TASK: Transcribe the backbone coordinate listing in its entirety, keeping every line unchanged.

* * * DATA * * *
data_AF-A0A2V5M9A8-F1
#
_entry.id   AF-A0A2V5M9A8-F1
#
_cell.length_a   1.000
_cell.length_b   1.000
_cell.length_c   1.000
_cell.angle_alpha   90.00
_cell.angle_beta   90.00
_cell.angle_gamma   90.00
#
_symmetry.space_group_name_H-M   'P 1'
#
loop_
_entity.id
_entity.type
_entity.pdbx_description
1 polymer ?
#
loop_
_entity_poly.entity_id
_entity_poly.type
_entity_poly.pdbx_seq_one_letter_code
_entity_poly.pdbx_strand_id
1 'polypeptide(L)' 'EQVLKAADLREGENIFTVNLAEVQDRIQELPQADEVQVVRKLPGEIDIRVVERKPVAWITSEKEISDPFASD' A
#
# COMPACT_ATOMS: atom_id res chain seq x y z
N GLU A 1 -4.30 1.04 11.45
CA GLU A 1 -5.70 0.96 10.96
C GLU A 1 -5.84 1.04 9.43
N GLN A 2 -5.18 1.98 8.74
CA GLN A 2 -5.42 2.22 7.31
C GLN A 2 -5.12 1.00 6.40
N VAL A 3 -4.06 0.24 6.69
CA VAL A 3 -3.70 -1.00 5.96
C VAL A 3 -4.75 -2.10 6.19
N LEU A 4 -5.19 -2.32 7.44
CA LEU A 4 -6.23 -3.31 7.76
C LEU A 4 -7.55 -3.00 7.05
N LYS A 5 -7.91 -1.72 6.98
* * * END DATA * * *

data_AF-A0A2V5M9A8-F1
#
_entry.id   AF-A0A2V5M9A8-F1
#
_cell.length_a   1.000
_cell.length_b   1.000
_cell.length_c   1.000
_cell.angle_alpha   90.00
_cell.angle_beta   90.00
_cell.angle_gamma   90.00
#
_symmetry.space_group_name_H-M   'P 1'
#
loop_
_entity.id
_entity.type
_entity.pdbx_description
1 polymer ?
#
loop_
_entity_poly.entity_id
_entity_poly.type
_entity_poly.pdbx_seq_one_letter_code
_entity_poly.pdbx_strand_id
1 'polypeptide(L)' 'EQVLKAADLREGENIFTVNLAEVQDRIQELPQADEVQVVRKLPGEIDIRVVERKPVAWITSEKEISDPFASD' A
#
# COMPACT_ATOMS: atom_id res chain seq x y z
N GLU A 1 -4.30 1.04 11.45
CA GLU A 1 -5.70 0.96 10.96
C GLU A 1 -5.84 1.04 9.43
N GLN A 2 -5.18 1.98 8.74
CA GLN A 2 -5.42 2.22 7.31
C GLN A 2 -5.12 1.00 6.40
N VAL A 3 -4.06 0.24 6.69
CA VAL A 3 -3.70 -1.00 5.96
C VAL A 3 -4.75 -2.10 6.19
N LEU A 4 -5.19 -2.32 7.44
CA LEU A 4 -6.23 -3.31 7.76
C LEU A 4 -7.55 -3.00 7.05
N LYS A 5 -7.91 -1.72 6.98